As Britain attempts to increase its renewable energy output by 2020, can the UK match the growth with skills?
In January 2010 President Barack Obama stood up in front of the US Congress and delivered a clear message to America and to the world in his State of Union address.
“Energy efficiency and clean energy are the right thing to do for our future – because the nation that leads the clean energy economy will be the nation that leads the global economy.”
It was a powerful sentiment that set out the importance world leaders should place on green energy, and sounded the gun for the rush to become the world leader in green tech.
Whether you see it as the carrot or the stick, one major incentive driving renewable energy policy in the UK is the target set by during the EU’s 2009 Renewable Energy Directive. The goal is to achieve 20 per cent of the EU’s energy consumption from renewables by 2020.
Given its dependence on traditional fuels the UK target was set at 15 per cent. This lower target hasn’t been a chance for us to rest up and as a certain Cadburys caramel bunny would say, “Take it easy”.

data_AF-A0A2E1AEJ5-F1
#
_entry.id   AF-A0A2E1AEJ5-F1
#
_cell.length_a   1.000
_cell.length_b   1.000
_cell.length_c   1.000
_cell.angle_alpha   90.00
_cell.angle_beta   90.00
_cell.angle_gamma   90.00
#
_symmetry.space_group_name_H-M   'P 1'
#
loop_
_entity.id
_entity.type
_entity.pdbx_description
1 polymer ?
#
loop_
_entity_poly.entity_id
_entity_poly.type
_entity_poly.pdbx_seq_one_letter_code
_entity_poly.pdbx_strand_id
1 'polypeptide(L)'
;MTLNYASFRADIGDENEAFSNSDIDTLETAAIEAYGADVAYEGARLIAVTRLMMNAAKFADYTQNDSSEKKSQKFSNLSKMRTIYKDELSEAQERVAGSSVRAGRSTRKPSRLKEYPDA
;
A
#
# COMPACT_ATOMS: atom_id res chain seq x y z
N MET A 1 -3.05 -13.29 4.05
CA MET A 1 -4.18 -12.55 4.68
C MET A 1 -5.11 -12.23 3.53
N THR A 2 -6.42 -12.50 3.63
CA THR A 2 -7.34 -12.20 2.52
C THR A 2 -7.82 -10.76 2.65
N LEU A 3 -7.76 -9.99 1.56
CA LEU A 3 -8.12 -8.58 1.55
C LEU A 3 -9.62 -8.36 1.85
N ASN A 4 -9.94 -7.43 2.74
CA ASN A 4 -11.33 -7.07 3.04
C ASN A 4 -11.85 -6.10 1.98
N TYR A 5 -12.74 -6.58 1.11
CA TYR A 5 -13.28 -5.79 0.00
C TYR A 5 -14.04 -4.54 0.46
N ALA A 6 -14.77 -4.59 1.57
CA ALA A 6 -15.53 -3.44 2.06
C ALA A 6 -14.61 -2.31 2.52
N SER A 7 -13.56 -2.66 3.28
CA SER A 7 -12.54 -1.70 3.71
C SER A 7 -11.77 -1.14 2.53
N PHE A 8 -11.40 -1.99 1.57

According to the Renewable Energy Association (REA) our most recent data showed our renewable energy consumption at 3.3 per cent – to edge past the 15 per cent mark, renewable consumption would need to increase by 16 per cent every year over this decade.
This sounds difficult but according to the REA, it’s not impossible. “It’s an ambitious challenge but one that is achievable if government puts the right framework in place.
“The industry has consistently shown that, given the right support, it can gear up rapidly and rise to the challenge,” it said in its recent report Renewable energy: Made in Britain.
Sector set to rocket
It’s not just governments jumping on the clean energy bandwagon – it is a goal that is valued and shared by most of the public too according to recent polls.
When Friends of the Earth buddied up with YouGov last month to ask 2,884 people about the big energy question, almost nine out of 10 people wanted to see government put more effort into the UK’s renewable energy efforts.
The results of the survey have not presented unknown sympathies towards clean energy, they follow other similar polls which have found comparable support.
In November The Sunday Times found 76 per cent of respondents believe the Government should be ‘looking to use more’ solar power, and 56 per cent felt the same way for wind – while 60 per cent believe Government is right to subsidise wind.
Similarly The Guardian foundin January that 60 per cent of the public would actively support the development of wind energy in their locality, while only 27 per cent would actively oppose.